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What Is Vitamin Biotin Good For?

author image Lisa Sefcik paralegal
Lisa Sefcik has been writing professionally since 1987. Her subject matter includes pet care, travel, consumer reviews, classical music and entertainment. She's worked as a policy analyst, news reporter and freelance writer/columnist for Cox Publications and numerous national print publications. Sefcik holds a paralegal certification as well as degrees in journalism and piano performance from the University of Texas at Austin.
What Is Vitamin Biotin Good For?
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Biotin, also known at vitamin H, is one of the B complex vitamins you need to maintain optimal health. According to integrative physician Dr. Andrew Weil, biotin deficiency occurs relatively infrequently. You don't need a large amount of biotin, and it's readily found in several foods. However, your doctor may recommend use of biotin supplements if you take certain medications or have underlying medical conditions that cause you to be biotin deficient.

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More About Biotin

B vitamins such as biotin, or vitamin B7 help your body turn carbohydrates into usable fuel that your body uses for energy, according to the University of Maryland Medical Center, or UMMC. B vitamins are necessary for a healthy nervous system and also help metabolize fats, proteins and amino acids. Biotin is crucial for healthy fetal development, making adequate intake of this vitamin important during pregnancy. You get most of this B vitamin in your daily diet. The need for additional vitamin supplements to address a health concern should be determined by your doctor, says MayoClinic.Com.

Foods With Biotin

Biotin is found in many food sources. Dr. Weil says foods rich in biotin include barley, brewer's yeast, fortified cereals, corn, organ meats such as liver, egg yolks, milk, soy, wheat bran and royal jelly. Other sources of biotin include avocados, broccoli, cauliflower, cheese, fish, beans, chicken, mushrooms, nuts, potatoes, pork and spinach, he says.

Biotin Deficiency

According to UMMC, biotin deficiency is uncommon. People who've received intravenous feedings for a long time may experience biotin deficiency, as well as those who've taken anti-seizure medications and antibiotics for a long time. MayoClinic indicates that some people are born with a genetic disorder that causes biotin absorption problems. Symptoms of biotin deficiency include hair loss, cracking in the corners of the mouth, dry eyes and skin, tiredness, insomnia, depression and a flagging appetite. The tongue may also darken in color, swell and become tender.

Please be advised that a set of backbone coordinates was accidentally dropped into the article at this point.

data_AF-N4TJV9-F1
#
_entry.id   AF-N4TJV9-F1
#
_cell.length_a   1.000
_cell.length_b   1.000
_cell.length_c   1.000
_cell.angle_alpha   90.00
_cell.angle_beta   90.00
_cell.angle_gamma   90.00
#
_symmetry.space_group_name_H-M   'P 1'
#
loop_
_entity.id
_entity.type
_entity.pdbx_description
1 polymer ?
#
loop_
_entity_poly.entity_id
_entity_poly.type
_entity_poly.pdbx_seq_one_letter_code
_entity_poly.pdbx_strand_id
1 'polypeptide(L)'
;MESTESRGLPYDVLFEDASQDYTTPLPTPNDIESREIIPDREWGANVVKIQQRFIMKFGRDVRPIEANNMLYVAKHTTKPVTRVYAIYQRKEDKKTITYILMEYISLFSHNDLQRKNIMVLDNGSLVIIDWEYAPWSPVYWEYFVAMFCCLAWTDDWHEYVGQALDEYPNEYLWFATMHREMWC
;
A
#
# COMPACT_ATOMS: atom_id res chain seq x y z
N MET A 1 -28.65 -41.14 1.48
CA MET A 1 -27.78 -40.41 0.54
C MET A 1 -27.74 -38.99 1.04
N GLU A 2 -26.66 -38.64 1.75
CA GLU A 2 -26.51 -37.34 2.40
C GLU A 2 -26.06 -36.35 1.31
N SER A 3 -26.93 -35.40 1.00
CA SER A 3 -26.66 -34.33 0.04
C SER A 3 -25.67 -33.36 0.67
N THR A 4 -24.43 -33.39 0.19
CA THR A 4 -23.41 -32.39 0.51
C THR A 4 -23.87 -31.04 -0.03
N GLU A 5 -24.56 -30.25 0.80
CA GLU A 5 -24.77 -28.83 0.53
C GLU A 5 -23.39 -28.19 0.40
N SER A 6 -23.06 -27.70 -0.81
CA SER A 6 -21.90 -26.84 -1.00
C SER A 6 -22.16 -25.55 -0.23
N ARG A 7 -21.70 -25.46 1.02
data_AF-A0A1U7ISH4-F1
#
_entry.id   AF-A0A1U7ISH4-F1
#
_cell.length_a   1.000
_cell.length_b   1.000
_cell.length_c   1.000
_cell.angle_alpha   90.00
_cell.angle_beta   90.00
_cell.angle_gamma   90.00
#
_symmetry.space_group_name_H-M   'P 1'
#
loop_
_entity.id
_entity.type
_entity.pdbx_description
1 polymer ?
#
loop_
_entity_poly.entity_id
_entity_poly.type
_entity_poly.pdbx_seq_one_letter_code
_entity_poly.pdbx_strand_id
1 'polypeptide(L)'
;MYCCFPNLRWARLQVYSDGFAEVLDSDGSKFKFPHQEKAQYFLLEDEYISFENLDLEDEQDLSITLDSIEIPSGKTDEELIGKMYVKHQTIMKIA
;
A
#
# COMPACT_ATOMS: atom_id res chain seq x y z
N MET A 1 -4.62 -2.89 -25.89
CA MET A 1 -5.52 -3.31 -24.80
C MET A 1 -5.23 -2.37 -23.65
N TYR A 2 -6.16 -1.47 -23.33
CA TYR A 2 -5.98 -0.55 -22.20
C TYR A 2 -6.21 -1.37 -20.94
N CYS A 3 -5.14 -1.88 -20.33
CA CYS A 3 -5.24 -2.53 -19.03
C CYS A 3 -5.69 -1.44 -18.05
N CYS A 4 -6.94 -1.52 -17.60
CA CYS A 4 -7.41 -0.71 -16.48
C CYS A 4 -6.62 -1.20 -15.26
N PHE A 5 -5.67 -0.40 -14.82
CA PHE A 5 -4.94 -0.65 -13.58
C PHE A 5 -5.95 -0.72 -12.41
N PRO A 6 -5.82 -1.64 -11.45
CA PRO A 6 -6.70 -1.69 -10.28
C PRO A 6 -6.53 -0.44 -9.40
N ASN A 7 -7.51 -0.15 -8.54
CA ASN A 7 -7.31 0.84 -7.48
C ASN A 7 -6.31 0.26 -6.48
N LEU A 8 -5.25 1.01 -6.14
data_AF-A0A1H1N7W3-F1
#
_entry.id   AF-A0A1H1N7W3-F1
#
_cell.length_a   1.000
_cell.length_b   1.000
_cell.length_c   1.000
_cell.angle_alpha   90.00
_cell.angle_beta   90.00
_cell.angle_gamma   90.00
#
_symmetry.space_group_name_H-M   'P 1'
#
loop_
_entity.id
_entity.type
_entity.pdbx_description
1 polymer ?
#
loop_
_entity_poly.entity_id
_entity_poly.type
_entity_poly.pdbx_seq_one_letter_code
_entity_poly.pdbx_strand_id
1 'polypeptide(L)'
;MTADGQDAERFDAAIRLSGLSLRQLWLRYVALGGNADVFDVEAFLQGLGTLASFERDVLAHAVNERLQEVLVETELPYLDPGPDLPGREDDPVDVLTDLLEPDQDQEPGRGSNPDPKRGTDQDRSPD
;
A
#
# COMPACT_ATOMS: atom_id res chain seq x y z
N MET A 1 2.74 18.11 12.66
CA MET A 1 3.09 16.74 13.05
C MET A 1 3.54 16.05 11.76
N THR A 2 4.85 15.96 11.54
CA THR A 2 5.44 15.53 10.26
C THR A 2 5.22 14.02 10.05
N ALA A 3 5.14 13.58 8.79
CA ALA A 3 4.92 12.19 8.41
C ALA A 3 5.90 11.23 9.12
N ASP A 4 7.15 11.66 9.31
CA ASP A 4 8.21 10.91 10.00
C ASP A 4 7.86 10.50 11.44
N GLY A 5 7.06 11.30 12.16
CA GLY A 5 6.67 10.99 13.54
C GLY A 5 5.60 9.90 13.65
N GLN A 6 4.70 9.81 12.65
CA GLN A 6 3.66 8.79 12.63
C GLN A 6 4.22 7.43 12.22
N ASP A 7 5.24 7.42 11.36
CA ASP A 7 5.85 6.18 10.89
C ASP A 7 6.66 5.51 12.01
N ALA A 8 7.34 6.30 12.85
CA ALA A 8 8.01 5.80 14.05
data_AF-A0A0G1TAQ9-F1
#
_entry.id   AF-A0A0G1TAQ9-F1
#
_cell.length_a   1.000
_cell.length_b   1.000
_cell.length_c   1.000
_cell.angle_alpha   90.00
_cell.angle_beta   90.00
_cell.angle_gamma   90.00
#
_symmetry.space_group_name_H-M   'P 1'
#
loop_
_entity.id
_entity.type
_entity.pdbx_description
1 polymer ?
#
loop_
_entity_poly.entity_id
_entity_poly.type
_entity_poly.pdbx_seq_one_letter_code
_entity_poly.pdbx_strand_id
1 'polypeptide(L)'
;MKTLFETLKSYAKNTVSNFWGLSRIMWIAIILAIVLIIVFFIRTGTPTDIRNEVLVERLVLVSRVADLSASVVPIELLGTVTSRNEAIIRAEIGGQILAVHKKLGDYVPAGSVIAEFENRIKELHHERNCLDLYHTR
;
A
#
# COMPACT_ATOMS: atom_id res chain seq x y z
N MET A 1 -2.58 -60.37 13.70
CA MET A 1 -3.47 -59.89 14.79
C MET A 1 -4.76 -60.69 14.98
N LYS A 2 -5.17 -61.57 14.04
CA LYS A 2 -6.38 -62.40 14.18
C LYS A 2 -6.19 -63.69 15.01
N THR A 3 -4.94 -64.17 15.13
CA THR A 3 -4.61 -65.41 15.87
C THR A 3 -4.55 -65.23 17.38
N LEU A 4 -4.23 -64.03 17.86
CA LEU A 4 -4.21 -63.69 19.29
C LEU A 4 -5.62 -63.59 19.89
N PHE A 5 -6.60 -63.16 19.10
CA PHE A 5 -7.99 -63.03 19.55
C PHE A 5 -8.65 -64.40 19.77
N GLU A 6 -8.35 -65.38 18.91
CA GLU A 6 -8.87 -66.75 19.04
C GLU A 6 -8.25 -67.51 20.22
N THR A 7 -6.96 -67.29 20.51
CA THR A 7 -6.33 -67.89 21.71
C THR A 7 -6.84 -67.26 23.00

Your Biotin Needs

Because biotin deficiency is so rare, MayoClinic.Com says no recommended daily allowance for this vitamin exists. However, recommended daily intake for adolescents and adults ranges between 30 and 100 mcg. Infants and children from birth until age 3 should receive between 10 and 20 mcg. Children between 3 and 6 should receive 25 mcg, and those between 6 and 10 should receive 30 mcg. Some people take biotin supplements to treat acne, eczema and hair loss; however, MayoClinic.Com says no definitive evidence exists that suggests biotin helps with these problems.

Cautions and Concerns

Biotin is considered safe and nontoxic, even in high doses, says UMMC. No side effects are associated with biotin, but biotin supplements are treated as dietary supplements by the U.S. Food and Drug Administration–they are not considered a drug. Biotin supplements cannot make claims of being able to treat or cure any medical condition, nor are these products assured to be safe and effective. Before you use supplemental biotin to address a specific health concern, please speak with your primary care physician.

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